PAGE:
‘Meet the new board of directors’ was the headline in the Globe and Mail above a photo of Chrysler workers in jeans and t-shirts. As part of a rescue plan, the United Auto Workers (UAW) will obtain 55% of Chrysler shares and a seat on the board in exchange for lower pay and less generous benefits. Some describe the deal as a major victory for the union, whereas the Financial Times describes it as ‘less a victory than a coming-to-terms with reality’.
In what many consider as a highly unusual deal, the union has become a partner in a government-supported plan to revive Chrysler after bankruptcy. The New York Times observes that the UAW membership at the Detroit car factories has shrunk to a quarter of what it was in 1990, but that it still has ‘tremendous influence’ in Washington, partly because of its ‘heavy political contributions’.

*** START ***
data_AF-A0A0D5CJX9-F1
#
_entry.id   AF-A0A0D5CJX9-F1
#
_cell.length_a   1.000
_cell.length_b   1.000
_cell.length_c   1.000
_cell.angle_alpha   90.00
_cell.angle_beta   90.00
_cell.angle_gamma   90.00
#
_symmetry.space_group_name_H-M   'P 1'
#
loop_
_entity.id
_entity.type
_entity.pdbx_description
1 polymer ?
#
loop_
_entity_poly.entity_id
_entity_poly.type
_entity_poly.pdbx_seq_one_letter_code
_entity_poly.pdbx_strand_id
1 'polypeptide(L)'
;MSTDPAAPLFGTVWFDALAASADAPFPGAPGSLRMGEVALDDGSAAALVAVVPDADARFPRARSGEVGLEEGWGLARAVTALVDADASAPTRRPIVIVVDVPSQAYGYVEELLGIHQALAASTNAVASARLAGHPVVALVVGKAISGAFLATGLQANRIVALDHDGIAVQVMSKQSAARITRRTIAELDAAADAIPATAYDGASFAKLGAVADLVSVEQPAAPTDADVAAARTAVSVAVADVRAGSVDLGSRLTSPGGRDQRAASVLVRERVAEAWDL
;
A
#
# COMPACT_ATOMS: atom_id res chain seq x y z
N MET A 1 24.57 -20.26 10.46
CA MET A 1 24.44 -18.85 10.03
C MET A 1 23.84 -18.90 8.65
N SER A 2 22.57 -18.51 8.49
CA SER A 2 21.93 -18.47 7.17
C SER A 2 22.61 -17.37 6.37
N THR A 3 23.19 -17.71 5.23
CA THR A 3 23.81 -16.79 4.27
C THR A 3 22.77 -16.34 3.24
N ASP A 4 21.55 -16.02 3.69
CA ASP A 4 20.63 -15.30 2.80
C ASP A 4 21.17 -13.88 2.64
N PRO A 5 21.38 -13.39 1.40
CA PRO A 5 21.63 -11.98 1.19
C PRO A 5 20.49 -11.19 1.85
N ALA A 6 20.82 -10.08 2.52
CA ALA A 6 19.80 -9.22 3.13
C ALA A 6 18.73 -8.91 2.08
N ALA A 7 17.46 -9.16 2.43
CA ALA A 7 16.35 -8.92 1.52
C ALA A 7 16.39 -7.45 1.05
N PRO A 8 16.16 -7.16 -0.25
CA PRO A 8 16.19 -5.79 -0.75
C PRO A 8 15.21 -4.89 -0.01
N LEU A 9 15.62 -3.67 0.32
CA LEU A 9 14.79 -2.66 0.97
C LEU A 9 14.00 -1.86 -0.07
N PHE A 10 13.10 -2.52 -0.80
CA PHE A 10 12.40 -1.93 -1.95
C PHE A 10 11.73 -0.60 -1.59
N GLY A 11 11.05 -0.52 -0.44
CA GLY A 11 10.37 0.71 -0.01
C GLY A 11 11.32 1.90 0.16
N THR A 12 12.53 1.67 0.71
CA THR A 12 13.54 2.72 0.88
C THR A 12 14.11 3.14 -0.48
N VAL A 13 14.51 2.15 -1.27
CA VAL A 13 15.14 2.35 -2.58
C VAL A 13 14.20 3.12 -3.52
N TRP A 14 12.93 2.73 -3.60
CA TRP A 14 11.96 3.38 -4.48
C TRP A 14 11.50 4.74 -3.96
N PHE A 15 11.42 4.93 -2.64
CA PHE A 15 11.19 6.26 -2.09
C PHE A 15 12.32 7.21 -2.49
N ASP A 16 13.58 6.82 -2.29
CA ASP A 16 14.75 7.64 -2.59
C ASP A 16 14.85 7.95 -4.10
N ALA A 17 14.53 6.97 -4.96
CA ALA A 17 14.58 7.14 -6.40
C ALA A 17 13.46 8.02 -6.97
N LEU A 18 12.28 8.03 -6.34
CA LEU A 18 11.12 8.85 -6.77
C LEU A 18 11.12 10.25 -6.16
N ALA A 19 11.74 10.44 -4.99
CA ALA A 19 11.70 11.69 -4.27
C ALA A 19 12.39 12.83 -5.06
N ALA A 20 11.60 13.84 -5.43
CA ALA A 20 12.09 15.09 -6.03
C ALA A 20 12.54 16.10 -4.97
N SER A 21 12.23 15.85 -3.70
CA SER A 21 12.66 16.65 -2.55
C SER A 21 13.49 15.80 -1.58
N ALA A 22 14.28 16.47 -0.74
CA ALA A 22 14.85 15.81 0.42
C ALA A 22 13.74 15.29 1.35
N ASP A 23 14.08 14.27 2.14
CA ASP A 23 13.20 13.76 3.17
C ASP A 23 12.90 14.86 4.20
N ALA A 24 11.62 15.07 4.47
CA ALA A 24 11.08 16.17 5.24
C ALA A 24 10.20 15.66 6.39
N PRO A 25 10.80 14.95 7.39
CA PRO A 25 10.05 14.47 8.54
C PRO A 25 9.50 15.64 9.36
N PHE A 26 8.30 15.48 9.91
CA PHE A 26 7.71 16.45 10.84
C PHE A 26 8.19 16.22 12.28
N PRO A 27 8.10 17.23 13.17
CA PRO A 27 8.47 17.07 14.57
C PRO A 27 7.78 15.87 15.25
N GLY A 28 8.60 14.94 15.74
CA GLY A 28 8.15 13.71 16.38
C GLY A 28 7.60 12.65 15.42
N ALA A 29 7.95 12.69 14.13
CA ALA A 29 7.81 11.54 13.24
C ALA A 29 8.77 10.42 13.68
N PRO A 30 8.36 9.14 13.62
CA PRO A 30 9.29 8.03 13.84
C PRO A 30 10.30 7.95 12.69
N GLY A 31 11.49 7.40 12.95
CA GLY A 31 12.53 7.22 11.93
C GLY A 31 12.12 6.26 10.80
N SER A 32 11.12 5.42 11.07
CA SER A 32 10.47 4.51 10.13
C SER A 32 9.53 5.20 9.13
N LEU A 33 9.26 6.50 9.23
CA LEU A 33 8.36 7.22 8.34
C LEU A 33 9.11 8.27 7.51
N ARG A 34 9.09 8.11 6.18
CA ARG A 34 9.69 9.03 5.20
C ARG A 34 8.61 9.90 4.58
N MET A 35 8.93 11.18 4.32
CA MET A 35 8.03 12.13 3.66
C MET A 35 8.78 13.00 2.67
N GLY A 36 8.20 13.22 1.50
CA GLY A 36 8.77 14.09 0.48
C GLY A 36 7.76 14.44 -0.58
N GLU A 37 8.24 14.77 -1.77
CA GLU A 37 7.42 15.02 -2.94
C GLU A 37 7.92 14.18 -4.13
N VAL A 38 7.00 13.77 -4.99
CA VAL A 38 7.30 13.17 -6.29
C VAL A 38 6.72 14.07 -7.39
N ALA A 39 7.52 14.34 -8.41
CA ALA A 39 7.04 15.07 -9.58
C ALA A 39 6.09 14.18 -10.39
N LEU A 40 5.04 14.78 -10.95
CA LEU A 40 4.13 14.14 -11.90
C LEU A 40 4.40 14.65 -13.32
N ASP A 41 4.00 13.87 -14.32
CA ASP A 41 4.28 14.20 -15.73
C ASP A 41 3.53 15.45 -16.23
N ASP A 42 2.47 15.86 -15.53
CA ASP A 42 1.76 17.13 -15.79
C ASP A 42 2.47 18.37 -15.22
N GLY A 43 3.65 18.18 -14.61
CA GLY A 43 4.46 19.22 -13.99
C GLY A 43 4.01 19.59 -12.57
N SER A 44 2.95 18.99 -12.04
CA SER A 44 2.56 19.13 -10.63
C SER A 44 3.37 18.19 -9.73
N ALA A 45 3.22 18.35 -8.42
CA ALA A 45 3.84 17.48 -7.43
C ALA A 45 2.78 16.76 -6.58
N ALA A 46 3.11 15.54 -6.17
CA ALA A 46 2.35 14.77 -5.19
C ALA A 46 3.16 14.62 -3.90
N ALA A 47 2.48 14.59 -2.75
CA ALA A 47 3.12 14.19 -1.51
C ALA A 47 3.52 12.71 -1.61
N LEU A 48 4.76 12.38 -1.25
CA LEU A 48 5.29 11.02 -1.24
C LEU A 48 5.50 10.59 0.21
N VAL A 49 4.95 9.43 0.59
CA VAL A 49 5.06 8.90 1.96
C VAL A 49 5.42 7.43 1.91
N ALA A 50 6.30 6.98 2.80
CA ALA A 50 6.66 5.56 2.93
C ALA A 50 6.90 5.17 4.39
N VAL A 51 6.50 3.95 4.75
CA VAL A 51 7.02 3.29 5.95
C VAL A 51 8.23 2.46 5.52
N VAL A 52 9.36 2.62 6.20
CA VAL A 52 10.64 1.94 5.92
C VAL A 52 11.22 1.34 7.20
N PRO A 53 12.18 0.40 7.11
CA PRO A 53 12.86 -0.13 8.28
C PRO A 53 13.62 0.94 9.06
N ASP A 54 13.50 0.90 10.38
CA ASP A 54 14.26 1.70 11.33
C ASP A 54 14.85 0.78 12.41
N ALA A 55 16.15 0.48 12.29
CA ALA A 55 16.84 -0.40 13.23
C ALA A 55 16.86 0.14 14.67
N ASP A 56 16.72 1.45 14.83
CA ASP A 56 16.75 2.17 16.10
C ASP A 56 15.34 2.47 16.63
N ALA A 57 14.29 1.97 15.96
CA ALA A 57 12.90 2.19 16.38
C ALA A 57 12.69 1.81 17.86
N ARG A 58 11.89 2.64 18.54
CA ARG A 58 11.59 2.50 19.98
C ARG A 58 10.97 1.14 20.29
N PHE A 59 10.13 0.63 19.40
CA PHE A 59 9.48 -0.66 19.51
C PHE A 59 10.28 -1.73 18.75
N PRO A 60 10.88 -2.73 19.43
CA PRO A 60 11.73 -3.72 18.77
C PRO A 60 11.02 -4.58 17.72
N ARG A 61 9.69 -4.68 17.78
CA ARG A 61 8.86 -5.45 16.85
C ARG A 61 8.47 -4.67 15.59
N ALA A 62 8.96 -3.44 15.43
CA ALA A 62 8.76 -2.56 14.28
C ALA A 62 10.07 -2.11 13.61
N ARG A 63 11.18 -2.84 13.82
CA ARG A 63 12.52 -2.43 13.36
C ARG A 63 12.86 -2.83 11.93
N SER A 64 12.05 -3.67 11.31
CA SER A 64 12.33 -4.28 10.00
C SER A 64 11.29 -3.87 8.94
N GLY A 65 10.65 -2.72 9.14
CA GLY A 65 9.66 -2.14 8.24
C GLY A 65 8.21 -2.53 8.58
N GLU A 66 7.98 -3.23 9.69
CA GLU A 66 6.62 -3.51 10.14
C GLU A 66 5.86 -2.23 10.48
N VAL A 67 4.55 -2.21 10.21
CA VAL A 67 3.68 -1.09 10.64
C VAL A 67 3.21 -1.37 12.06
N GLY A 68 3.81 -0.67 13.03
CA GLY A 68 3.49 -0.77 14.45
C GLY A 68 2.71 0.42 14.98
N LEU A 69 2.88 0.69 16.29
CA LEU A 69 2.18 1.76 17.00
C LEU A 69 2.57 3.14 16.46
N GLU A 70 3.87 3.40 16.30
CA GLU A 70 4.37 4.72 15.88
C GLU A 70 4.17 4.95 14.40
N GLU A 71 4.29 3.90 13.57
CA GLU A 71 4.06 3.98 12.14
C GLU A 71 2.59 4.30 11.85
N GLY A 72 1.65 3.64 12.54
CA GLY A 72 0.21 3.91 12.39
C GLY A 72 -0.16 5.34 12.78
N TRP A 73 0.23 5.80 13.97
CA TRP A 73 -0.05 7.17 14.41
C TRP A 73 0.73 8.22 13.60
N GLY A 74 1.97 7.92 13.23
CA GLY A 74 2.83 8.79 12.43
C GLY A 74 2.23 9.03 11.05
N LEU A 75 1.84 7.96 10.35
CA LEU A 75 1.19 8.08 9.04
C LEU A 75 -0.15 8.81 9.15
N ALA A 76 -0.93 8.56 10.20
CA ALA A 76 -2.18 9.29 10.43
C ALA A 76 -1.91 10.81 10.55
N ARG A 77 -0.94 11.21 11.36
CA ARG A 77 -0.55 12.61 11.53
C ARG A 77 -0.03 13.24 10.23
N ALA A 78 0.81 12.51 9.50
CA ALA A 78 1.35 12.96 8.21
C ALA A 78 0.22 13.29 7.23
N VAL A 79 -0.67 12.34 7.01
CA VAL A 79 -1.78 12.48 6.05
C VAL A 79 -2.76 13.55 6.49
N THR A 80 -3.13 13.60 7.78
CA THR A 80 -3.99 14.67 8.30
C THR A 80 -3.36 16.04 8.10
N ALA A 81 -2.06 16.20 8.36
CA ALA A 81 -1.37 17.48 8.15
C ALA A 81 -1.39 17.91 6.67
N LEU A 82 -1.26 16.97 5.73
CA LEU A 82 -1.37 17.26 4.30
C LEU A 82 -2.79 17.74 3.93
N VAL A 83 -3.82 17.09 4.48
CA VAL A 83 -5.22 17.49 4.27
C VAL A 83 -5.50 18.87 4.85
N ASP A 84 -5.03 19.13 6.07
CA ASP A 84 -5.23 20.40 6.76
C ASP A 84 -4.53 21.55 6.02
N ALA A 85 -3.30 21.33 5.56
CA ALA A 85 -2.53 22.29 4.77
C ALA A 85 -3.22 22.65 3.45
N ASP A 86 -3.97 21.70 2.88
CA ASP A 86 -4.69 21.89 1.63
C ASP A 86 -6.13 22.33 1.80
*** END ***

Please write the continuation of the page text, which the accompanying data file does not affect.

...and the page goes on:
According to the Financial Times, the influence of the union on the company will remain limited and it will likely be ‘less confrontational at the board table than at the negotiating table’, if only because as a shareholder, it will have an interest in making the company profitable.